Sailing

ruel

TreeHouser
Joined
Jan 27, 2015
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Harpswell, Maine
I've been learning to sail for the last few years, and have totally fallen in love with it! The lines, rigging, gadgets, gear, demand for focus etc. remind me of what I enjoy about tree work. So far I'm just day sailing, but toying with getting a small cruising boat or live aboard. I'm pretty much sailboat crazy right now, so let's hear from any other arbo-sailers on here!

Share your awesome sailing adventures, pictures of your boat, advice or whatever sailing stuff comes to mind!
 

MasterBlaster

Administrator Emeritus
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Mar 6, 2005
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Louisiana!
I've never quite understood the mechanics of sailing... I mean - if the wind is blowing in the opposite direction where you wanna go, how do you get where you're going???

I bet a nickel there aren't a lotta sailors here...
 

lxskllr

Treehouser
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I don't know a thing about it, but always thought it looked pretty cool. Much more interesting to me than powerboating, for the reasons you mentioned. You don't simply point and go. There's an art to it.
 

MasterBlaster

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Louisiana!
Heck yea - I'd love the quiet... just the waves. Kinda like gliding!!!

Virginia needs to chime in. She doesn't have a sailboat but she may have some experience!
 

squisher

THE CALM ONE!!!!
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I took sailing lessons as a child. It was fun. But that was a lifetime ago now. And only on a lake. I'm not a huge fan of oceans myself.
 

squisher

THE CALM ONE!!!!
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I copy pastad this little simple explanation:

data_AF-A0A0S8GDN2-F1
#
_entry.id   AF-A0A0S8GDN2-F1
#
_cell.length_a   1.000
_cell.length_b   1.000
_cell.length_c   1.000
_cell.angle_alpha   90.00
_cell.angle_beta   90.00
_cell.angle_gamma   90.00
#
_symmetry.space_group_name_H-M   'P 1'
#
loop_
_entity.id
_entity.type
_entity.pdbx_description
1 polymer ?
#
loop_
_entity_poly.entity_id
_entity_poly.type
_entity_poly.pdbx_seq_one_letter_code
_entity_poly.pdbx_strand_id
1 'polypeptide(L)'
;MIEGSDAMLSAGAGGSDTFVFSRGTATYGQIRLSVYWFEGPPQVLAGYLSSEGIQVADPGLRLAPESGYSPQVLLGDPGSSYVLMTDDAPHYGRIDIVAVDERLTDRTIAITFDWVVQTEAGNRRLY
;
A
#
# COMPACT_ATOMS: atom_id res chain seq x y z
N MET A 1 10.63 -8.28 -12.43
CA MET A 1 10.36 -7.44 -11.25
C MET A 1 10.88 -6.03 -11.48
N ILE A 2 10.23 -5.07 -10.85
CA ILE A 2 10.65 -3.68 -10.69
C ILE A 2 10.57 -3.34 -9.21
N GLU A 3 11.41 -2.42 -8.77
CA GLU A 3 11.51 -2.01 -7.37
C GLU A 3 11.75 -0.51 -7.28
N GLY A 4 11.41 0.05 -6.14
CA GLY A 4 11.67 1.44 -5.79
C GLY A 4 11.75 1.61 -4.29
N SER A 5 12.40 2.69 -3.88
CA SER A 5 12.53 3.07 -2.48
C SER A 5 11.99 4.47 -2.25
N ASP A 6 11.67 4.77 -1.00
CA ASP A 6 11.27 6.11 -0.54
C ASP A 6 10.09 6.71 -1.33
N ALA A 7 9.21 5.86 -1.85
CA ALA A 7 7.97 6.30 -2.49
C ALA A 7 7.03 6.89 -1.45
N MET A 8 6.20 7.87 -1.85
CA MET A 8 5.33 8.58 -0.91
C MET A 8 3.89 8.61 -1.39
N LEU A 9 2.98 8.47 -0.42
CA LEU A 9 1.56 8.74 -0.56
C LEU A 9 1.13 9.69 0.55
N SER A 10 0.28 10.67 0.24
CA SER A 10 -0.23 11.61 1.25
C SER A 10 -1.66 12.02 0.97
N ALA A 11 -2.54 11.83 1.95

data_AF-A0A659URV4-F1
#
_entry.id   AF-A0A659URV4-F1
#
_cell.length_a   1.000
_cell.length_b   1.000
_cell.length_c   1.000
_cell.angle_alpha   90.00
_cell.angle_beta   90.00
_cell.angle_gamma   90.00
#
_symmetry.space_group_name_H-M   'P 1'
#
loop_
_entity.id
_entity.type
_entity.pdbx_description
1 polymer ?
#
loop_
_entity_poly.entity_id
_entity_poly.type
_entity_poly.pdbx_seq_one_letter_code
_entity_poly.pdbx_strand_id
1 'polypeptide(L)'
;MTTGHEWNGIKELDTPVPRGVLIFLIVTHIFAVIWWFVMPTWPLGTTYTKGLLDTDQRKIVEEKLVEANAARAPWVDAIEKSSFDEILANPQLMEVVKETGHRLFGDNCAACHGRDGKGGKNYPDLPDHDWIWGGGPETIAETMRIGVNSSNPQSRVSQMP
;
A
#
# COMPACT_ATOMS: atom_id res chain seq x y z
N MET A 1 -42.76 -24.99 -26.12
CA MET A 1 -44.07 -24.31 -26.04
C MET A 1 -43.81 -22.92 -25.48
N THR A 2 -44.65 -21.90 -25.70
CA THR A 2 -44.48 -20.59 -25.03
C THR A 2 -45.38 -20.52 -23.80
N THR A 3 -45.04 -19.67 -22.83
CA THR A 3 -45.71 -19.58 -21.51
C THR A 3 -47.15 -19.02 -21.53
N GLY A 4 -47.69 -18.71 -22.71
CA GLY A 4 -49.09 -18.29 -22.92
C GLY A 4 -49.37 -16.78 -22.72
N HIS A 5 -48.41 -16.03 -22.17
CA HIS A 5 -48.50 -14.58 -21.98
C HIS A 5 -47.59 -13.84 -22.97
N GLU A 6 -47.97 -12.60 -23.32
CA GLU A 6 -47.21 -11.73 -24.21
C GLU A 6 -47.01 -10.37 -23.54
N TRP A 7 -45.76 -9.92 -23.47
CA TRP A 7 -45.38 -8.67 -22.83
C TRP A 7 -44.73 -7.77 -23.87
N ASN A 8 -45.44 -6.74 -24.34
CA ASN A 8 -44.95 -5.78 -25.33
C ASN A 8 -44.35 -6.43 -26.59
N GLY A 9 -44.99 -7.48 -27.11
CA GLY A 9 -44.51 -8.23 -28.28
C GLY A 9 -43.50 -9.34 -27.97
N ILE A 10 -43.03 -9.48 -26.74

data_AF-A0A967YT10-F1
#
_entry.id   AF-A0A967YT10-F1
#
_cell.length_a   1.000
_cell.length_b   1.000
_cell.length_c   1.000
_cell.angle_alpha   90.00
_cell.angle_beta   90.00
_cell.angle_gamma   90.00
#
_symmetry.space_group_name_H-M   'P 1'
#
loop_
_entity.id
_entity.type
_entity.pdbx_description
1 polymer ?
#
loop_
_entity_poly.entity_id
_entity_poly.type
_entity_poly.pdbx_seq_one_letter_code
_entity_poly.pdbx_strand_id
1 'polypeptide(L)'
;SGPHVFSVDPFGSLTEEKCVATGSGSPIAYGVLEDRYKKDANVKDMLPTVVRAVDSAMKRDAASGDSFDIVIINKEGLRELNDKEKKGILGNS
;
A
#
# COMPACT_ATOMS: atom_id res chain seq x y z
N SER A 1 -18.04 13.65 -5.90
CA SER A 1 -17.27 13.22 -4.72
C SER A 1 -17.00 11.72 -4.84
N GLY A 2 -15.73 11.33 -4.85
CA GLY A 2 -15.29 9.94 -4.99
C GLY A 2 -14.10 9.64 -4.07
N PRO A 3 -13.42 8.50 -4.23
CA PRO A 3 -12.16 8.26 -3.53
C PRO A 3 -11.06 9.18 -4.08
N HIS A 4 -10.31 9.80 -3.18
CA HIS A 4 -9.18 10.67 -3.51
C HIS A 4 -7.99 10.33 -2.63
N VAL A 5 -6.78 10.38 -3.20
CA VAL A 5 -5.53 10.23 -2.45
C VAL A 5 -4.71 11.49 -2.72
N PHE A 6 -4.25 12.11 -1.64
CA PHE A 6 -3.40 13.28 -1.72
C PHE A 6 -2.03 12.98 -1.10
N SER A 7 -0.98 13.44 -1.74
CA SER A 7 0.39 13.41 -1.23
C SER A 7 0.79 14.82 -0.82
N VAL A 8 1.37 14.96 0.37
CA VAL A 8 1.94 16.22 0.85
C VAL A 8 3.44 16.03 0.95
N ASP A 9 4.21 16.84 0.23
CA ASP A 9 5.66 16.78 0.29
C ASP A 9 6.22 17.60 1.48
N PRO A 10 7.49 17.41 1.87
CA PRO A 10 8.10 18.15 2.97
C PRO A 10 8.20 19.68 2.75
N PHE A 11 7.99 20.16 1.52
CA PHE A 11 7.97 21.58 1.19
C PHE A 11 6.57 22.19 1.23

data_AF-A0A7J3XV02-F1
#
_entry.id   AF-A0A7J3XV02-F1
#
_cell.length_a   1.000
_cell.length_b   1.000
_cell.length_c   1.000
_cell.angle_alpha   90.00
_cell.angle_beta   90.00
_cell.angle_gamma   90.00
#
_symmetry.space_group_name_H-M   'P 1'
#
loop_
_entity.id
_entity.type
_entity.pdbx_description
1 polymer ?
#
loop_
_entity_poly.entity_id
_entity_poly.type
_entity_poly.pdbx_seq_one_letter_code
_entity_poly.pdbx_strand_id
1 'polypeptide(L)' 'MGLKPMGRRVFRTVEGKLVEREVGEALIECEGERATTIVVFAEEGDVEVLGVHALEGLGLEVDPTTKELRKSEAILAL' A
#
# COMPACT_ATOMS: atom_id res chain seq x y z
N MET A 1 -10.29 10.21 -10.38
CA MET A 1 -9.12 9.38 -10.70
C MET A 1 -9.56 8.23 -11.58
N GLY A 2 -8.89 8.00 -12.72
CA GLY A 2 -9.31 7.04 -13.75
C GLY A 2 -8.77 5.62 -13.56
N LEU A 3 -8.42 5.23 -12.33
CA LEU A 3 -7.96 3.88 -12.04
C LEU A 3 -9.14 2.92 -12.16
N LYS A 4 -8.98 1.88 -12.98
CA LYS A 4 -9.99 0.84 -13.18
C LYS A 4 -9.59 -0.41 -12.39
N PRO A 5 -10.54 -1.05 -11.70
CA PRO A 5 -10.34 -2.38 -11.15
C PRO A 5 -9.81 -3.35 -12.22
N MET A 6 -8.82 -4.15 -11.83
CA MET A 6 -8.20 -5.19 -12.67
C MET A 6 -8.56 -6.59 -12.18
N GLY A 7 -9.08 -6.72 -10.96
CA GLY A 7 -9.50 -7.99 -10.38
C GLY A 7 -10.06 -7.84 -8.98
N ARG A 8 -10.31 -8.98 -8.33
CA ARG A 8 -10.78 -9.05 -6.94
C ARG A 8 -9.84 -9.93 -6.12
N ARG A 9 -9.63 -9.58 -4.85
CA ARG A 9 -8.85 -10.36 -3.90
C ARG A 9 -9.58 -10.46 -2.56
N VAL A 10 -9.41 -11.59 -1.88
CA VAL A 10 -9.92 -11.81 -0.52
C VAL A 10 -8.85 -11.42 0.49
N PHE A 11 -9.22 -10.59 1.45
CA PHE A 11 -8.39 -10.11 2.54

Sailing into the wind is possible when the sail is angled in a slightly more forward direction than the sail force. In this aspect, the boat will move forward because the keel (centerline), of the boat acts to the water as the sail acts to the wind.

Someone will explain it properly/easily I imagine.
 

lxskllr

Treehouser
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Wikipedia is a little technical/jargony for someone not into it, but here it is...

https://en.wikipedia.org/wiki/Tacking_(sailing)

You basically zigzag forward, moving ~45° to either side of the true line you want to be on. Somewhat similar is ferrying when paddling whitewater. You want to get to one side or the other, but the current is pushing you downstream, and if you point yourself 90° to the current, you will likely get pushed over, and certainly won't hit the bank where you want. You angle the boat 45° upstream, and paddle forward. The current then pushes you to shore as you paddle upstreamish.
 

Mellow

Treehouser
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Oct 13, 2017
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Sunshine State
I grew up on a lake and learned to sail at a young age, probably around 7 or 8 years old. The physics can seem a bit complicated but it is similar to flying, in that the sail acts as a wing and the forces are vectored to provide propulsion in a direction that is angled to the wind direction. You can't sail directly into the wind but you can sail at a pretty steep angle into the wind. Google can probably explain it better than I.
 

MasterBlaster

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So you can't - directly? That's what I was thinking and the steep angle makes sense. You have to constantly replot your course...
 

stig

Patron saint of bore-cutters
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Denmark
Being from a great seafaring nation ( I believe we are currently the 5th biggest in tonnage, which is amazing considering our size and population) I have been on sailing boats quite a bit.
I never really got it.....................bored shitless after a few hours to tell you the truth.
 

squisher

THE CALM ONE!!!!
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Lol. I can see that. I took my lessons as a teen along with my two year older cousin and a handful of her(all female) friends. As a teenage boy it was basically..........paradise. :D
 

stig

Patron saint of bore-cutters
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Like when I took up dressage riding at age 13.
Me and my buddy with whom I still ride were the only boys in the academy.
 

MasterBlaster

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bored shitless after a few hours to tell you the truth.